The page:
In the last ten years, acupuncture has begun to grow beyond the shadow of allopathic medicine into the sunny acceptance of mainstream health care. Indeed, Traditional Chinese Medicine and acupuncture have withstood the test time, flourishing for over 3000 years, and for many of us, has long been the primary method to maintain heath and treat illness.
Choosing acupuncture is obviously a personal choice, but there are some factors that may help clarify whether acupuncture is right for you.
There are endless reasons why doctors often misdiagnosis a condition or illness, which is why getting more than one, (two or three) opinions is a wise choice. Not all doctors are the exceptional made-for-TV diagnostician, House, and it’s not uncommon for patients to have had numerous encounters with allopathic doctors that left patients no better for their efforts, and in some instances, worse.
Case in point, I once had a female doctor tell me I needed to have my left breast removed since she had discovered several lumps in a routine exam. I was 27 years old at the time, and devastated. A friend suggested Rush–Presbyterian–St. Luke’sMedical Center Woman’s Cancer Clinic for a second opinion. I made an appointment, and within 24 hours was fortunate to meet with a doctor who asked the right questions, truly listened and through an examination determined the lumps in my breast were most likely Fibrocystic Breast Disease due to diet and the monthly fluctuation of my menstrual cycle. This doctor made the most insightful determination to gauge whether a lump is dangerous and needs immediate attention or whether a lump is not so dangerous. According to this cancer specialist, a dangerous lump in a breast feels hard, like a marble under the skin. A not-as-likely to be dangerous lump feels softer, like a grape under the skin. As it turned out, my lumps were squishy, I did not need surgery, and in fact had fibrocystic breasts, which I treated through diet and Traditional Chinese Medicine, (TCM).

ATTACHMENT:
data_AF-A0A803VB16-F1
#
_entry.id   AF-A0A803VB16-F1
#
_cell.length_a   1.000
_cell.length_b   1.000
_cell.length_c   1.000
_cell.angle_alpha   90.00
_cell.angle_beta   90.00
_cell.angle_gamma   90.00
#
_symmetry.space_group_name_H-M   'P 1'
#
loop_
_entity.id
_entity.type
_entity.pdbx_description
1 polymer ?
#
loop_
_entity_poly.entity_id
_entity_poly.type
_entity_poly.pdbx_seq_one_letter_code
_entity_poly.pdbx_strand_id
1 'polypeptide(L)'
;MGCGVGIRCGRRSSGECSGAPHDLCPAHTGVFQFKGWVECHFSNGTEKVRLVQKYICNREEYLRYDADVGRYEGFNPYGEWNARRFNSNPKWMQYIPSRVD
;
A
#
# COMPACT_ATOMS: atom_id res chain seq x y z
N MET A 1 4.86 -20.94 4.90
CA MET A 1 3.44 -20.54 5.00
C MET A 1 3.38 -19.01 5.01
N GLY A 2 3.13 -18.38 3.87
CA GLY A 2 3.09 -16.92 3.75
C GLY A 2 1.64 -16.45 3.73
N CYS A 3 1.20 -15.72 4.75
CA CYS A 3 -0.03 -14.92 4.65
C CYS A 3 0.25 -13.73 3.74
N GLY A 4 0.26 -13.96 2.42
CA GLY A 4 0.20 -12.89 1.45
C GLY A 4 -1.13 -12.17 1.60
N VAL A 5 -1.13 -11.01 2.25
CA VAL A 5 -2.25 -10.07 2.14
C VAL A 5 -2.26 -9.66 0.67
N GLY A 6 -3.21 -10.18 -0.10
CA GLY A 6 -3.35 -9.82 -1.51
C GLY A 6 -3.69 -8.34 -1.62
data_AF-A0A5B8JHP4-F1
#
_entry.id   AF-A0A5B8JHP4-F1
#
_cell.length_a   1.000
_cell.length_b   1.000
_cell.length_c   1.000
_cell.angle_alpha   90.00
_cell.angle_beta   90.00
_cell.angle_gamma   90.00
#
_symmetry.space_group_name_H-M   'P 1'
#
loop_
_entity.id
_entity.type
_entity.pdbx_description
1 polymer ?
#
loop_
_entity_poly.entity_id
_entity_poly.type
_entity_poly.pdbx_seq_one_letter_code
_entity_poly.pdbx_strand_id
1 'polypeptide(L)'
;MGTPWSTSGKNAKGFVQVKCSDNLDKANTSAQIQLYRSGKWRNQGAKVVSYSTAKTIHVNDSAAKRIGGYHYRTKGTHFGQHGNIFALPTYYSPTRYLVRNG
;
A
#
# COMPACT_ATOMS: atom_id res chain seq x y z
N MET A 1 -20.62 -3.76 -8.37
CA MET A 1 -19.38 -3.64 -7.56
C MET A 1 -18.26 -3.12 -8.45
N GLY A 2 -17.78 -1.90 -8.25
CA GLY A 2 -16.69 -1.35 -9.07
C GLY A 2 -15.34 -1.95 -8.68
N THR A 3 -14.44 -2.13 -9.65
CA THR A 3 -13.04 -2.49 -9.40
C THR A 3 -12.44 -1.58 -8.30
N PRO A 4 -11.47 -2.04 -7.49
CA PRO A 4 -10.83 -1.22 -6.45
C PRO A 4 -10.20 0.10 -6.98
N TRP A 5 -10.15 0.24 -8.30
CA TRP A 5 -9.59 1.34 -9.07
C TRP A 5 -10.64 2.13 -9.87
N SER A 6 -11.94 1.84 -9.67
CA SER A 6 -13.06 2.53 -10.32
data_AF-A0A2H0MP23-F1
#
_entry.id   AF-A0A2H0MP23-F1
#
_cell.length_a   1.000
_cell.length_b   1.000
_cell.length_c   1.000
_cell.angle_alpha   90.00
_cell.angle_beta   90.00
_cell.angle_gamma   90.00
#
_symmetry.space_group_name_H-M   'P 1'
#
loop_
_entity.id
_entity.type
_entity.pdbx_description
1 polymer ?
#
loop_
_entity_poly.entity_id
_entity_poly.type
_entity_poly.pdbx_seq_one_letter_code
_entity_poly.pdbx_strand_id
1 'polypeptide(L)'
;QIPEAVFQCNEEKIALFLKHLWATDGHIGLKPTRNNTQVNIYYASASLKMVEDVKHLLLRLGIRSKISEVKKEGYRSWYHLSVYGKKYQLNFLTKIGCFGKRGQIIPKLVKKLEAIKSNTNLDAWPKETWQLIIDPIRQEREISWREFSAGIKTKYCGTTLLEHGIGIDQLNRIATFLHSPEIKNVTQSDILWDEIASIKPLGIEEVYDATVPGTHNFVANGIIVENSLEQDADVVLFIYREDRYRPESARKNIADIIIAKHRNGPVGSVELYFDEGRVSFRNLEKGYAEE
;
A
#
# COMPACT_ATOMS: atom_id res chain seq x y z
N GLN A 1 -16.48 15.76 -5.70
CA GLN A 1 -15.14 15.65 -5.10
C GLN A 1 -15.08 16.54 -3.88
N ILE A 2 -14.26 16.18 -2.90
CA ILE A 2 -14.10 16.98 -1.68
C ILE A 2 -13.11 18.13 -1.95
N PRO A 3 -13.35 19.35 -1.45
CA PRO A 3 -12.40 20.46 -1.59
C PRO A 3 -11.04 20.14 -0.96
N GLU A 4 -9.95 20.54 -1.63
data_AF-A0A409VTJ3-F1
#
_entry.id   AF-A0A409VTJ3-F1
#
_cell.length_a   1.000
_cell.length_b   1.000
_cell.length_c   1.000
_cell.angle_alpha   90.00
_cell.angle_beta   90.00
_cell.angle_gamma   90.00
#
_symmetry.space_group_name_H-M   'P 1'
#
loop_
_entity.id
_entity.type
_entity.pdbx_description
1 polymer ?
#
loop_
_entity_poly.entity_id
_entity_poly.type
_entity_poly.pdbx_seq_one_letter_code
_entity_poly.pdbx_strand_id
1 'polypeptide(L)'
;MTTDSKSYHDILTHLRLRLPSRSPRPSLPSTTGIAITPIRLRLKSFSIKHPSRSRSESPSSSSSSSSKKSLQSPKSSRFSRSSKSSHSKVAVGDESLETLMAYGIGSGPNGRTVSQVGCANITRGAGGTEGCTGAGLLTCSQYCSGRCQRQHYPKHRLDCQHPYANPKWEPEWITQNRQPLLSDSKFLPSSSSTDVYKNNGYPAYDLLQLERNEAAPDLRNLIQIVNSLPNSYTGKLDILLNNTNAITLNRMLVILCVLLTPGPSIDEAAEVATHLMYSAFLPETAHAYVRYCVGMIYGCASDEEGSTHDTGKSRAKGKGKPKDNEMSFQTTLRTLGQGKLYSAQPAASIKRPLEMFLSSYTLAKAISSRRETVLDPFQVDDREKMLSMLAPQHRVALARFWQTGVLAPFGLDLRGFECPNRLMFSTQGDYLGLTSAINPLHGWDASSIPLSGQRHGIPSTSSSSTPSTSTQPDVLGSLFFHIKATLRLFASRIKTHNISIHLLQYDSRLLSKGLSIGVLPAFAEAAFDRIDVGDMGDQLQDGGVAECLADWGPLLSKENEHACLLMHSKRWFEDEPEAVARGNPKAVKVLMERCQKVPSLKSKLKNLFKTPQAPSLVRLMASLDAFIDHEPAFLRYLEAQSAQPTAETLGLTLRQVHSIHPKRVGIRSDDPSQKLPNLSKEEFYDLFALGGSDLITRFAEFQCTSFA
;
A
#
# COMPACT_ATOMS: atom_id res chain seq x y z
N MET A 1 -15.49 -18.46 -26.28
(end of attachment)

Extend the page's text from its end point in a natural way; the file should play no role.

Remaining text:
Another way TCM differs from allopathic medicine is it takes the whole person into account, not just the area that is in question; its diagnosis is predicated on the idea that each person’s symptoms are a unique expression of commonalities such as the heart, kidneys, liver, spleen, etc.
Acupuncture may also be a good fit for you if you have an inclination towards non-invasive, natural routes to heal your body. TCM works with the body’s chi or “energy flow,” to clear toxins from the body. The use of needles in TCM is a way to clear out blocked, stagnant, damp, hot, windy, imbalances and allow the body’s immune system to do its job better.
For those of you imagining being a human pincushion during an acupuncture treatment, I can tell you this. Some needles are thinner than a strand of fine hair, most of the time there is no pain, and if fact, rather than pain, one can feel their chi moving. Moreover, acupuncturists choose needles depending on the area, the patient’s comfort level, and the sensitivity of the point.
Additionally, TCM is typically supplemented by Chinese herbs, which can be delivered as granules or raw herbs, and made into what is known in my house as “stinky Chinese tea.” Despite their aromatic drawback, Chinese herbs work to clear out toxins and fortify the immune system.
Finally, and perhaps the most practical reason to determine if acupuncture is right for you is its affordability factor. Acupuncture is a bargain when compared to the high cost of mainstream medicine, and especially attractive in today’s economic climate.
A typical acupuncture treatment can range from $20 to $65 dollars, not including herbs. Most of the time acupuncture practitioners offer a sliding scale, or you may be fortunate to have an acupuncture clinic or school nearby that offers lower rates.
There’s no argument that allopathic medicine is a significant star in the firmament of modern medicine, but it’s become more and more apparent that when it comes to health and wellness, one size medicine does not fit all. While acupuncture is not without its naysayers, it is a good fit for some of us, and its goal is the same as its Western counterpart: to achieve wellness.
For more information on TCM and acupuncture read Between Heaven and Earth: A Guide to Chinese Medicine by Harriet Beinfield and Efrem Korngold